Although in our current society we cannot eliminate time spent in sedentary behaviors, emerging research suggests that interrupting time spent sitting with light activities such as standing or walking, is important for preventing the negative health consequences of sitting too much. Use of height-adjustable standing desks and addition of movement throughout your day can help reduce or break up extended periods of job-related sitting. At home, getting up and moving at least once an hour can also combat the negative effects of sitting too much.

Why Is Too Much Sitting So Harmful?

Fascinating new research is unraveling the mystery of why too much daily sitting is so unsafe. Scientists think that too much sitting impairs the body’s ability to deposit fat from the blood stream into the body.

These constantly elevated blood fats are a risk factor for cardiovascular disease. In addition, researchers have observed that too much sitting during the day impairs the functioning of the body’s healthy cholesterol, known as HDL cholesterol. HDL is the scavenger cholesterol that cleans up plaque sticking to arteries. If healthy cholesterol loses its ability to clean arteries, it will also increase a person’s risk of cardiovascular disease.

Finally, decreases in muscle contractions with prolonged sitting have been shown to reduce insulin sensitivity, which increases the risk for type 2 diabetes. Science indicates that moving more during the day, in addition to getting the daily 30 minutes of moderate-intensity activity on a daily basis, is necessary to lower one’s risk of cardiovascular disease, type 2 diabetes, and other causes of mortality.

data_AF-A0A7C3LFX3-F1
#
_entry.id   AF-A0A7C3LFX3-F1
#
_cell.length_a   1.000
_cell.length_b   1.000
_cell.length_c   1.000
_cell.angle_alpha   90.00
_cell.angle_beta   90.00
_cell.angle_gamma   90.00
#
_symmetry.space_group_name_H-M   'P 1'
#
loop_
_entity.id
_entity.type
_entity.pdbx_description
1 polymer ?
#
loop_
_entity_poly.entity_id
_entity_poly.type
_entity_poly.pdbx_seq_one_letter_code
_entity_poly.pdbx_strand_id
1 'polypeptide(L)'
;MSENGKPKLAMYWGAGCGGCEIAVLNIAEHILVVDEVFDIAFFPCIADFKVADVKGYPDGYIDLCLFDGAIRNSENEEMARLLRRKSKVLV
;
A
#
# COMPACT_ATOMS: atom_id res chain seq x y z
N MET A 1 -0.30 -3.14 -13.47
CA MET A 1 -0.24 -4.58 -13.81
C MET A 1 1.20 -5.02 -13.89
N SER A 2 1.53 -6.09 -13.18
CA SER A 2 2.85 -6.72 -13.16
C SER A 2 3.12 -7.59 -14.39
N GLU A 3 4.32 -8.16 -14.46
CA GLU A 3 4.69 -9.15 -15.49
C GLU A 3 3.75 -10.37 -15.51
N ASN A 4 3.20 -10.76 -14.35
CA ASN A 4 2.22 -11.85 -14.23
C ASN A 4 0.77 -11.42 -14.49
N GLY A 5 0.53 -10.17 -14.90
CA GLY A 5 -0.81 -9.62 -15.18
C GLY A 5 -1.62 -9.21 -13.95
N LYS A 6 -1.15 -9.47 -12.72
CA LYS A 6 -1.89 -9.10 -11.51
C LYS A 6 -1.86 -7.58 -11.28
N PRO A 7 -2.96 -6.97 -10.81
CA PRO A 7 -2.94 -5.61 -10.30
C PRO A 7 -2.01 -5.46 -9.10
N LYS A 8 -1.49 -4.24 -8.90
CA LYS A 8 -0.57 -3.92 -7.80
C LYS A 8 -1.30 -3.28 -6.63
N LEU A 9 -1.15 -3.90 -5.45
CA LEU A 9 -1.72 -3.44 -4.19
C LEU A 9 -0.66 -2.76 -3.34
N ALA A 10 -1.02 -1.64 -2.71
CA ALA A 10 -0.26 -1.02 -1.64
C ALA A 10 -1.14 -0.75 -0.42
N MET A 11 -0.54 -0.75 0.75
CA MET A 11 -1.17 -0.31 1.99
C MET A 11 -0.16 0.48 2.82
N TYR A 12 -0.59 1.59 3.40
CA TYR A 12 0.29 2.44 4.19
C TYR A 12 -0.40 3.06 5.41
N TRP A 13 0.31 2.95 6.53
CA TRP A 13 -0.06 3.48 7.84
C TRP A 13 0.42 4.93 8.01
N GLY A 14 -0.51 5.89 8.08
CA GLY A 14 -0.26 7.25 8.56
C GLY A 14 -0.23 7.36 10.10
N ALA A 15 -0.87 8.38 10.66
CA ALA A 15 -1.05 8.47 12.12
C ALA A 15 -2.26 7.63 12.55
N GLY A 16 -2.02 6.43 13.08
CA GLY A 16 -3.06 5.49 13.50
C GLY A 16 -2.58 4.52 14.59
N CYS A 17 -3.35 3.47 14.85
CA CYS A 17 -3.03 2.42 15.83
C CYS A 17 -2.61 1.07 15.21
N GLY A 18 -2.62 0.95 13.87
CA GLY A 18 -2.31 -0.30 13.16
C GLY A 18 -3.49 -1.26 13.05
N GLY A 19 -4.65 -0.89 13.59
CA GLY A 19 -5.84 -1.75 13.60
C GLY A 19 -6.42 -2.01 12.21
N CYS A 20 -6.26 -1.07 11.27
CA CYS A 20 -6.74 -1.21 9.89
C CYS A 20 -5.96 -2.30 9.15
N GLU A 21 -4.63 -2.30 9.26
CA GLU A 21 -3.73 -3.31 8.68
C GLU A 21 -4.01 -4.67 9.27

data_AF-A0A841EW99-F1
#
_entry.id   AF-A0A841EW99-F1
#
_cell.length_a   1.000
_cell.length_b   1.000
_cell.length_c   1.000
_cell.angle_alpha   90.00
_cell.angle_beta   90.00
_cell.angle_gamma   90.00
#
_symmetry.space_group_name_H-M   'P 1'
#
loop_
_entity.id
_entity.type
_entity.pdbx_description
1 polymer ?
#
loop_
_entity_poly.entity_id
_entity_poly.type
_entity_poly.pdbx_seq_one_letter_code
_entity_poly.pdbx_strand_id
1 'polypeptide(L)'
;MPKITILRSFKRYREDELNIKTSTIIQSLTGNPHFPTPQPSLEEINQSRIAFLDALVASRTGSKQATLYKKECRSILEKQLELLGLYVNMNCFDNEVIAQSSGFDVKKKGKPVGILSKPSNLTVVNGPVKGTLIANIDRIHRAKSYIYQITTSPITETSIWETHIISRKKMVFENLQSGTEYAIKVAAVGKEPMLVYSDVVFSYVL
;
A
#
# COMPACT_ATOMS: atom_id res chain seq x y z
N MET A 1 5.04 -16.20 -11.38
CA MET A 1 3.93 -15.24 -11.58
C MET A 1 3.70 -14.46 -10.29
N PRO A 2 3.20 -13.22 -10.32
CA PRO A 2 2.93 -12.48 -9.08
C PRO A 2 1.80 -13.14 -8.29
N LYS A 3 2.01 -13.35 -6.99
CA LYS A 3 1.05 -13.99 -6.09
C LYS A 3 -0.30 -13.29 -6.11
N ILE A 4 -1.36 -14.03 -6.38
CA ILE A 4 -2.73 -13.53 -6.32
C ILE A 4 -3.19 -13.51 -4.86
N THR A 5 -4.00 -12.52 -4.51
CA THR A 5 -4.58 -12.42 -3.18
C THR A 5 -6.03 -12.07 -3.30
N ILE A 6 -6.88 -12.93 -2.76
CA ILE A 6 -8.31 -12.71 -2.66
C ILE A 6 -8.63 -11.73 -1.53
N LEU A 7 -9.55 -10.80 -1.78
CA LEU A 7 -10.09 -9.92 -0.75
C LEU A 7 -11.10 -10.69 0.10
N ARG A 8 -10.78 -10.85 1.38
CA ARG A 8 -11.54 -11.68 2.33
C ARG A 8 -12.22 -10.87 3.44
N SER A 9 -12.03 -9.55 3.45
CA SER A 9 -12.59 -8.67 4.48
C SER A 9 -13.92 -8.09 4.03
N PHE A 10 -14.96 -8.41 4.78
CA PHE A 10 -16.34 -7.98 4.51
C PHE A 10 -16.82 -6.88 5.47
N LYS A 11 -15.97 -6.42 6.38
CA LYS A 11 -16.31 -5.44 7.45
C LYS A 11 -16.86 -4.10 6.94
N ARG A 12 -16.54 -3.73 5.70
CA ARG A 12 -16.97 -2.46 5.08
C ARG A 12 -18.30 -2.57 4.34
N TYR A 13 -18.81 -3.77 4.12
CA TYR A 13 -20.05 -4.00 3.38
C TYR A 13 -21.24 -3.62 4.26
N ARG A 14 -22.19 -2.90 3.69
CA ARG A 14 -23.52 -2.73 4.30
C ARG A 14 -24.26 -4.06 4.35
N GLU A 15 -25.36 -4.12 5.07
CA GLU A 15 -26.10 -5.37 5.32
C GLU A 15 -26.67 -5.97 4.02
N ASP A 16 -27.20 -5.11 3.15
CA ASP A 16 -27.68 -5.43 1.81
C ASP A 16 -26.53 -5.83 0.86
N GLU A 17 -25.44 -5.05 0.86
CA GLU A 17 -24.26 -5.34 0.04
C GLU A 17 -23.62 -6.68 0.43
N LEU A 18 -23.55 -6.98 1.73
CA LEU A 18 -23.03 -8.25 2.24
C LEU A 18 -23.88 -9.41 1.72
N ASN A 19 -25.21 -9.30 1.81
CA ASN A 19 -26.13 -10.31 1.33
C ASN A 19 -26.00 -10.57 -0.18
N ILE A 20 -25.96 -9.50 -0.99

Create Your Get Active Action Plan

Creating a “Get Active Action Plan” incorporates different movements that fit seamlessly with your activities in work and your daily living. A very helpful and informative website for developing an action plan is http://www.letsmove.gov. This website is full of innovative ideas and information about adding activity to one’s daily life. Here are some get active ideas to do at work and during your daily life.

Get Active Action Plan Ideas for WORK

  • Take a walk break every time you take a coffee or tea break.
  • Do some leisurely walking with colleagues after you eat lunch together .